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Week 12:

Length: 6,5 cm. Weight: 20 grams.

At 12 weeks of pregnancy an ultrasound scan will determine the due date. (See ultrasound) The difference with the first ultrasound scan is likely to be quite big! The baby has grown a lot and is moving around comfortably in the amniotic fluid.

The child has developed considerably in the past few weeks: this week the nails, the olfactory organ and the hearing organ are formed. On the side of the head the first signs of the ears are starting to appear. The baby is able to suck his thumb and make fists of his hands.

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Week 16:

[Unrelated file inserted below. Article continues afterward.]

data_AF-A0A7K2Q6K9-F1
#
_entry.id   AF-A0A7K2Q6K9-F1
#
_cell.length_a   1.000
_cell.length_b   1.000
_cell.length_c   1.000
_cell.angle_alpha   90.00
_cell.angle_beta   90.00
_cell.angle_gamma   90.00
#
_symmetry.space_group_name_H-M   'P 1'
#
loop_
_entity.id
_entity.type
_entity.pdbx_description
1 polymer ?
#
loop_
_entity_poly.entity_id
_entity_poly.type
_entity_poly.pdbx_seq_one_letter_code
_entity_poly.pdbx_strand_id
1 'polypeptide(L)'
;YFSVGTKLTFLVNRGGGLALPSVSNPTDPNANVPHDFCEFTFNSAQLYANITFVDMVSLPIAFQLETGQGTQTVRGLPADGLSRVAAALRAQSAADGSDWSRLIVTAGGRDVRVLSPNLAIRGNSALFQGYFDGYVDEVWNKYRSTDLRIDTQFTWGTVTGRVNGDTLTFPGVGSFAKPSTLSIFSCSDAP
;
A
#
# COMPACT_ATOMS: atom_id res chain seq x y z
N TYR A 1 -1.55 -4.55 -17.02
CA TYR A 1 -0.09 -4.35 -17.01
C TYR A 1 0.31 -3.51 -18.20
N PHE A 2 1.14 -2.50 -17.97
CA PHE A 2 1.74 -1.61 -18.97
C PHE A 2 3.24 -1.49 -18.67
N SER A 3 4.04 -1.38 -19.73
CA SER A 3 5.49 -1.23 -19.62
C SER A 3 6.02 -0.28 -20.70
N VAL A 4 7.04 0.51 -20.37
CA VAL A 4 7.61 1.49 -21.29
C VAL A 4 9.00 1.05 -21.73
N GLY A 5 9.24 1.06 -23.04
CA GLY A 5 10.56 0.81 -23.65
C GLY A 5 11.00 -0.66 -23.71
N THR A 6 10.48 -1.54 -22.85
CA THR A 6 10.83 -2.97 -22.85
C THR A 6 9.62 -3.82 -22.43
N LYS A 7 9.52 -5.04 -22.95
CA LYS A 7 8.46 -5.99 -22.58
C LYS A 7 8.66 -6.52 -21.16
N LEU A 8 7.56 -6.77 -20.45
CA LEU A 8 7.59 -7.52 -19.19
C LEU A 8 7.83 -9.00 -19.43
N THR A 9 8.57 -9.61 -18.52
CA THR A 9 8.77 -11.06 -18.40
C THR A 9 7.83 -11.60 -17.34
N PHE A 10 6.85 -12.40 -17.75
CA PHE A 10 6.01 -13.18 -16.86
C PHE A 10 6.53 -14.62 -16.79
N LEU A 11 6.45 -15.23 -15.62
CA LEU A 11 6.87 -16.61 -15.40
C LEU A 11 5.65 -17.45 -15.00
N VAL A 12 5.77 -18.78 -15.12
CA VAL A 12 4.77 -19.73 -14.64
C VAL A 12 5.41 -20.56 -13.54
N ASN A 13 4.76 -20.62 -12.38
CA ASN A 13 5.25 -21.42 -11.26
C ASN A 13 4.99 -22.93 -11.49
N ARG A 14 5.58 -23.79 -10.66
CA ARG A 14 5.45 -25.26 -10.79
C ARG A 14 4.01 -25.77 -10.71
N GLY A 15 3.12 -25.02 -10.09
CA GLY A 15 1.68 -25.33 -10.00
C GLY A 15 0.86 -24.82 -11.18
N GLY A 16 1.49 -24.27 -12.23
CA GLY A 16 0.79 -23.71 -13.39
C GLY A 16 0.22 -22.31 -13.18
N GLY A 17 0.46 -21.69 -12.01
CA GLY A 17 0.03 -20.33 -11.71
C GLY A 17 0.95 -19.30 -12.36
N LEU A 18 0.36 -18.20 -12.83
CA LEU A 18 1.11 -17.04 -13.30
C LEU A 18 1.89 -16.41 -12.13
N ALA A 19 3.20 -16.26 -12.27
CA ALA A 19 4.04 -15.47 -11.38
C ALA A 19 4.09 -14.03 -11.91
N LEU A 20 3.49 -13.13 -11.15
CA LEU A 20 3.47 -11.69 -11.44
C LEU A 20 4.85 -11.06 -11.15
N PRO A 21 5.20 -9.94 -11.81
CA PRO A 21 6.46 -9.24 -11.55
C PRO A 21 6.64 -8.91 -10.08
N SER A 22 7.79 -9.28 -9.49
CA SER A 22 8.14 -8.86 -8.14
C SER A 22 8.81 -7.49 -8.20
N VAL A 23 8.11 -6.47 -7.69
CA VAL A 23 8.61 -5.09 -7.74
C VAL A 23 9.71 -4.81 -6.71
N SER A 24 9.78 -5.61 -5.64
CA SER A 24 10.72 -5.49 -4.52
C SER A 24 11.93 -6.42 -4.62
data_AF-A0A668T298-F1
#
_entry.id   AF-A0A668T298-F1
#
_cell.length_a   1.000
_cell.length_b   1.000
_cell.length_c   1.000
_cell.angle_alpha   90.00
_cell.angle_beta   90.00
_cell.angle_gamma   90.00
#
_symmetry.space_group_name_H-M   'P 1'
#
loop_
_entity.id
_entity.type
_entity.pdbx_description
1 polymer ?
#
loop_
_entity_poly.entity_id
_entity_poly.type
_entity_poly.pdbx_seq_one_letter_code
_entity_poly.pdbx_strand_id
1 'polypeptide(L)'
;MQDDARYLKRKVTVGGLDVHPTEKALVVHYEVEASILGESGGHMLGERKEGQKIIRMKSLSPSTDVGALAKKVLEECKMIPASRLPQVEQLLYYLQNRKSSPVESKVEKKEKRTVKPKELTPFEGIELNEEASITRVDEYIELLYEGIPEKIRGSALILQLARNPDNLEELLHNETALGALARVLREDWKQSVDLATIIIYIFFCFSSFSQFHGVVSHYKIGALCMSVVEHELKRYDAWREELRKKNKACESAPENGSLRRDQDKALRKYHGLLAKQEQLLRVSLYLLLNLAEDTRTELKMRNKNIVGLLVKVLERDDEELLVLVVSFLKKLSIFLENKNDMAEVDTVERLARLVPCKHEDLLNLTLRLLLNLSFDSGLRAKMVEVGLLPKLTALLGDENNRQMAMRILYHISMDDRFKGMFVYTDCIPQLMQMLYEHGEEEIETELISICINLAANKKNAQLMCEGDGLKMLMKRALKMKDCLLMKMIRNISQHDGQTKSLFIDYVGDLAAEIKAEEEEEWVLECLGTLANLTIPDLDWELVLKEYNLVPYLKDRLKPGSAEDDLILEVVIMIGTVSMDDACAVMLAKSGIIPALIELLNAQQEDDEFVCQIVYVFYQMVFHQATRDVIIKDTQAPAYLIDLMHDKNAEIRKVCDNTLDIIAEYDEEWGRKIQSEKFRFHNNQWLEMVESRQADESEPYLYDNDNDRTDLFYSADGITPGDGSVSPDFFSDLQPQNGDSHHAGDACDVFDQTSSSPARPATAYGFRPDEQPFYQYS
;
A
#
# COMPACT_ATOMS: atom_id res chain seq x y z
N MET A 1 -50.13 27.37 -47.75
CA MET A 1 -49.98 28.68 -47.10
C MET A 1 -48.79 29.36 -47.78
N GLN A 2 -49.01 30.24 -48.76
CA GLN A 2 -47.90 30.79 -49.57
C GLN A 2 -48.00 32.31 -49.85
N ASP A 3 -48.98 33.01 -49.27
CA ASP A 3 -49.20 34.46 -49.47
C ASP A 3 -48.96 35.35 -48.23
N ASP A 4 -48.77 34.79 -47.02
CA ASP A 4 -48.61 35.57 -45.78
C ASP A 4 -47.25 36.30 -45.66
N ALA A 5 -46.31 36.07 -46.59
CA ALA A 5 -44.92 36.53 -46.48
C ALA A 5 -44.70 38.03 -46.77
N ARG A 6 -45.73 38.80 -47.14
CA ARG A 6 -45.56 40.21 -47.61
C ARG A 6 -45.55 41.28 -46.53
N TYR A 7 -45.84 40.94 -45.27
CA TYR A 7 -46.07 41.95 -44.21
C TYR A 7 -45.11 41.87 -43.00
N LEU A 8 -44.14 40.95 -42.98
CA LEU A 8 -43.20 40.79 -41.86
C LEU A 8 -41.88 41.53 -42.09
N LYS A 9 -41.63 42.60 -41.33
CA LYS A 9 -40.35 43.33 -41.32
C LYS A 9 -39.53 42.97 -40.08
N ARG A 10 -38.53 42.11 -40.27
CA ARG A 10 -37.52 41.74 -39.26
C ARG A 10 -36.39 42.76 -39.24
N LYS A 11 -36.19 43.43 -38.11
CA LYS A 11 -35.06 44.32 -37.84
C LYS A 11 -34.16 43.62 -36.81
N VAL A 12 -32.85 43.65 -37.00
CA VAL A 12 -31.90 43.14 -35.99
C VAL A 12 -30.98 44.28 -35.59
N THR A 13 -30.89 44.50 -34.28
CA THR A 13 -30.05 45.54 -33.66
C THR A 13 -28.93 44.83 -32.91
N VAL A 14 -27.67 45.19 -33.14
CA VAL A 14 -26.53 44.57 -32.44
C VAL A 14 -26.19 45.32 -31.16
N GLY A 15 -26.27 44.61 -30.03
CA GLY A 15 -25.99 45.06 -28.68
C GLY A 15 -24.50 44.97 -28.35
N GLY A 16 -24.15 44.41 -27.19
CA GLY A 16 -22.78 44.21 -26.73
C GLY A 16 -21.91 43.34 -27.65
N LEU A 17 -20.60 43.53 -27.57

Length: 15 cm. Weight: 120 grams.

Your uterus has now grown beyond your pubic bone, which means there is more space for your bladder and you may not need to go to the bathroom as much. If you lie down on your back, you will probably be able to feel your uterus. It feels like a hard but flexible small ball. You probably notice that your belly is starting to grow as well and that your trousers won’t close properly anymore.

The way your belly looks and whether or not you are showing yet varies from person to person. If it is your first pregnancy your abdominal muscles are usually a bit tighter and so your tummy may not show until a little later. In case of a second child you will probably start to show somewhat quicker.